I got a letter in the mail from the NYC department of labor recently, telling me that I was to have a mandatory meeting yesterday to discuss my resume. I was a little thrilled by this, because as you know, I’m attempting a transition to copywriting/social media/general web-content-spewer, and I’ve been laboring for the past month about how to best talk about 13 years of being self-appointed Queen o’ the Internet™ on my resume when no one’s technically been paying me for my leadership and benevolent rule.
Figuring that everyone else there would be bums, I put on an adorable summer dress to show that I’m both presentable and spunky, and I didn’t even pair it with flip-flops. I had to spend the workshop’s entire hour and a half reminding myself not to flirt with the young Indian guy who said his most prevalent emotion these days is embarrassment over not being as far along in his career as his friends are, because two unemployed people with the opportunity to eat at Indian lunch buffets every day is bad news.
Overall, the meeting was a huge disappointment, because it was mostly a guy reading a worksheet to the group and telling us that we can’t use the photocopier in the “resource room” to copy entire cookbooks. Even when one of the instructors got to me and asked if I had any questions, her best advice about putting my blogging and social media skillz on my resume was, “Yeah, you could do that.”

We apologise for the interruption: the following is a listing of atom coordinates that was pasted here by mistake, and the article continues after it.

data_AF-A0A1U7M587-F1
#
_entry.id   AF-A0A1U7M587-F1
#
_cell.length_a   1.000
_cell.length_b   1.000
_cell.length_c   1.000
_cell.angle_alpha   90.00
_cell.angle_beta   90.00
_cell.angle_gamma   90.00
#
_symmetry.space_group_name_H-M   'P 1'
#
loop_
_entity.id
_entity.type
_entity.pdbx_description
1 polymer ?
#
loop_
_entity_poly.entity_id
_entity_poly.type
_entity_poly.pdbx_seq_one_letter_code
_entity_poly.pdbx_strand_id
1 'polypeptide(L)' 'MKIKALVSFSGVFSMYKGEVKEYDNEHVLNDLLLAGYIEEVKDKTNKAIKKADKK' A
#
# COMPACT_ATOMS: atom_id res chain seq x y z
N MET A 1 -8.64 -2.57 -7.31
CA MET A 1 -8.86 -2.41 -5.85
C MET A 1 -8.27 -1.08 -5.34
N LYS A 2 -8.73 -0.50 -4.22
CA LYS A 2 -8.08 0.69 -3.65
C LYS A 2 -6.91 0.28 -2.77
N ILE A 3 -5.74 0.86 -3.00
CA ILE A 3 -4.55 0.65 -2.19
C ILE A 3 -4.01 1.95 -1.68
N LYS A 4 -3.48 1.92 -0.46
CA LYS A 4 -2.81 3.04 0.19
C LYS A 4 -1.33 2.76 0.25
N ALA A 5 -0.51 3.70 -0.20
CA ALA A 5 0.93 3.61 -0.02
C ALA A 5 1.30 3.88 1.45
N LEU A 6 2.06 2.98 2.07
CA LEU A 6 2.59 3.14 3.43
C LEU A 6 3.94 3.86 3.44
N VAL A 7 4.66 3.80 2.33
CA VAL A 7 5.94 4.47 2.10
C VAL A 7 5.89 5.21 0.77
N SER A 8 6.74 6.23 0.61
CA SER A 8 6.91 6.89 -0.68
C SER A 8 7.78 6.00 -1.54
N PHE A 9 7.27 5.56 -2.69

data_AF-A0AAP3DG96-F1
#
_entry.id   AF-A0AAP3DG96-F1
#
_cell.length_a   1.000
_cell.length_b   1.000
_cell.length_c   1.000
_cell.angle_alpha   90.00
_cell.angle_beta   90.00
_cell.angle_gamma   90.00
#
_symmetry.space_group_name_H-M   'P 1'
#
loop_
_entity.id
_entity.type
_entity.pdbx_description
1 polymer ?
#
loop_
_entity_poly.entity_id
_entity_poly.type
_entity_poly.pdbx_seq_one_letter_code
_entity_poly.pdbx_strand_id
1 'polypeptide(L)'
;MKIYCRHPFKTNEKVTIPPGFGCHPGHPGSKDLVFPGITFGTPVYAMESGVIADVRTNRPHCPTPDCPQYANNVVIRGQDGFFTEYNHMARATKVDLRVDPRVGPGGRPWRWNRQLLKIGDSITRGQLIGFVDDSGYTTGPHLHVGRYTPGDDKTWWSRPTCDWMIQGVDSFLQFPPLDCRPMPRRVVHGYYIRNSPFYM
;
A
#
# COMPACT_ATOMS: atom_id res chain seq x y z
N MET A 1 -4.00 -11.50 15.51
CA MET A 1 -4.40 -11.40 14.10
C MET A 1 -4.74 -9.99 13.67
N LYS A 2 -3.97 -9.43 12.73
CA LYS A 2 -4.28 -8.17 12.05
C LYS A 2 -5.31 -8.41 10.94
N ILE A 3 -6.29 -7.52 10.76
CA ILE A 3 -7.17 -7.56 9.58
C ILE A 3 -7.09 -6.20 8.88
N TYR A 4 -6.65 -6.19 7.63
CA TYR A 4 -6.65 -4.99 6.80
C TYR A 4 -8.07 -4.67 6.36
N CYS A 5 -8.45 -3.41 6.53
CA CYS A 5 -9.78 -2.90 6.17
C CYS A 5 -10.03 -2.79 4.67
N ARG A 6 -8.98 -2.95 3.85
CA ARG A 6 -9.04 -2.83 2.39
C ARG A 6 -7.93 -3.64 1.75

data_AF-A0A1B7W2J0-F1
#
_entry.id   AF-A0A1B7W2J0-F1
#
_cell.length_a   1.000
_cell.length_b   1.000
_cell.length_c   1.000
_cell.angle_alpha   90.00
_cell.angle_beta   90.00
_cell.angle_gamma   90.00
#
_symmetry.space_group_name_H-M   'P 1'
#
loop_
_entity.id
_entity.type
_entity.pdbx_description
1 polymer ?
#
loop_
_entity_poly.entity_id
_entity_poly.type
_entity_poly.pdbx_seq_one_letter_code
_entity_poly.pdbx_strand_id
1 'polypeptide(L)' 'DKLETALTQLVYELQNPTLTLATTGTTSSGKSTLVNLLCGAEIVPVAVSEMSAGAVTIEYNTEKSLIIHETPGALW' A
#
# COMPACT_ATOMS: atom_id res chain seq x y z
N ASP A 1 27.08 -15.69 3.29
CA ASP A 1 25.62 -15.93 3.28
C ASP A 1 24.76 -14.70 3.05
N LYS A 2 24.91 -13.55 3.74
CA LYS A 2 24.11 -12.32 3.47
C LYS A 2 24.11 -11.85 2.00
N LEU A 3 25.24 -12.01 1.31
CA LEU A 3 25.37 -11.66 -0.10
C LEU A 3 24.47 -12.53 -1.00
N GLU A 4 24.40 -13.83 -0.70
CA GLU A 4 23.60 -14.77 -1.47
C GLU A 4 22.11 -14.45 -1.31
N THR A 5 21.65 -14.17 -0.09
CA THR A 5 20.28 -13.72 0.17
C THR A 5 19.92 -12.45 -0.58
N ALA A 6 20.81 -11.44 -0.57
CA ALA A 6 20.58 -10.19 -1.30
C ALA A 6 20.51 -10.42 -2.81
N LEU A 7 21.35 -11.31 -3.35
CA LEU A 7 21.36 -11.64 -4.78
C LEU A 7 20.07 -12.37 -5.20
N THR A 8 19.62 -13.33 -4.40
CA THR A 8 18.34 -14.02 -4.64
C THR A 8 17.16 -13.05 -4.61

But the worst part was knowing that none of my other recently-unemployed friends have been called in for this meeting, which means the City of New York is concerned that I might be at risk for suckling at the sweet, sweet teat of unemployment for the entire 26 weeks I’m allotted if they don’t watch me carefully. And oh, boy, are they right. I’ve been unemployed for just a little over a month, and already it feels so normal to me that it’s not even exciting anymore. The idea that I used to go to bed at midnight to wake up at 7 a.m. instead of watching The Great Gatsby at midnight and then listening to an hour of Kings of Leon while I lazily perform my bedtime routine and then playing Candy Crush for another hour until I pass out and wake up again at 11? THIS IS LIFE. It was always meant to be this way.
Sometimes I find myself in a quiet moment thinking about how I should be really, really scared right now. I don’t have a job, and unemployment here is enough for rent and groceries and absolutely nothing else. I don’t have a boyfriend, and all of my backups are now either married or mad at me for six years of ignoring them. But most of the time, to be honest, I find myself feeling really happy. As I left the meeting today and ducked into a grocery store to grab some guacamole for a party this weekend, I thought about how lucky I am to be out in the city during the day and to have friends who are looking out for me and to ultimately know that things are going to work out for me, because they always do. I know I’m gross.